It depends what you're understanding by "problem". Some people are working with bzr in day-to-day basis and never encountered any problem that make their work impossible or very hard. That does not mean there is no strange features or quirks in bzr. It does mean that you can comfortable work with bzr if you understand what are you doing.
In general bzr is very pleasant to work kind of VCS, but to use it effectively you'd better know your restrictions.
If you will start working with bzr you should understand what is difference between branch, repository, shared repository and working tree. How shared repository helps you in your work and how to keep branches inside it. You should understand the differences between plain branch and checkout/lightweight checkout. If you want to continue working in CVS style you might want to use lightweight checkouts -- that's direct analog of CVS checkout and local working space on your computer.
With bzr you may find it a bit unclear how to set-up central server and set a proper access rights for all members of your team. Of course that's doable and official documentation has some examples. But proper ACL will require big help from *-nix ssh tools.
You should understand that with bzr the simplest way to refer to some revision is using its revision number. But you should know that this number is specific to specific branch, and different branches may have the same number N referring to the different revisions. So sometimes you will neeed to use unique revision identifier which is present in bzr, but that revision id is not default way to communicate with bzr because it's long and cannot be easily shortened to 8 or so characters like in git/hg. That revision numbers are determined by mainline concept, see below.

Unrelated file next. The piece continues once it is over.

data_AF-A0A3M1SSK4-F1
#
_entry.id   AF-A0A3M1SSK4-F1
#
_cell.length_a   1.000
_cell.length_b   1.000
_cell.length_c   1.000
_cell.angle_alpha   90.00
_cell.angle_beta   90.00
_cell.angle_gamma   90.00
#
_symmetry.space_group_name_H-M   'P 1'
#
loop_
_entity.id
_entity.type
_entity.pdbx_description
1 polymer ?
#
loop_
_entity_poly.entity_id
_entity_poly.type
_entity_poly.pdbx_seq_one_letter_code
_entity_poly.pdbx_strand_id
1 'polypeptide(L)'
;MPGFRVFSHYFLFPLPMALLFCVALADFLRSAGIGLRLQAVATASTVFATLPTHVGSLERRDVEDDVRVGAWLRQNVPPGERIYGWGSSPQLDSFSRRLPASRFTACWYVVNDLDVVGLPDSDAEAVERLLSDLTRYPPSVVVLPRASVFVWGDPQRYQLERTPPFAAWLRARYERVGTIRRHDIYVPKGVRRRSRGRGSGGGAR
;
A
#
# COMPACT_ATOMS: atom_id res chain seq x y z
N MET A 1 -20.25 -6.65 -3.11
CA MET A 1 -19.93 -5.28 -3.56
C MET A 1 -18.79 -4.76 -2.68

As of January 2012 you may observe the following restrictions.
With bzr you'll be forced to use mainline concept of the history. I.e. the left-hand parent of the revision is special and forms mainline of your history, while your merged revisions make merged history. Console
bzr log by default shows you the mainline history, because showing the full history with merged revisions could be a bit slower for a really big history.
With bzr you won't have support for file copies, i.e. new file that continues the history of existing file.
With bzr you won't have support for CVS "modules" as the core feature. But it could be emulated by using special plugins (see bzr-externals or scmproj) to do that big project configuration work for you.
The list is not full, but that is what from time to time affects me personaly as long-time bzr user.
And the final one note. The main problem with bzr you will have is: almost everybody who uses git or hg will ask you every time: "Why did you choose Bazaar, when all guys in their company use git (or hg)".
The truth is that git is clearly winner as of January 2012 among other DVCS (git, hg, bzr, etc.) if you will count how many projects hosted on GitHub. And not only because git is superior, but because GitHub is so nice as well.
(Note for git users: I respect git, but use bzr as my own choice. Don't explain me why you think git is good, please).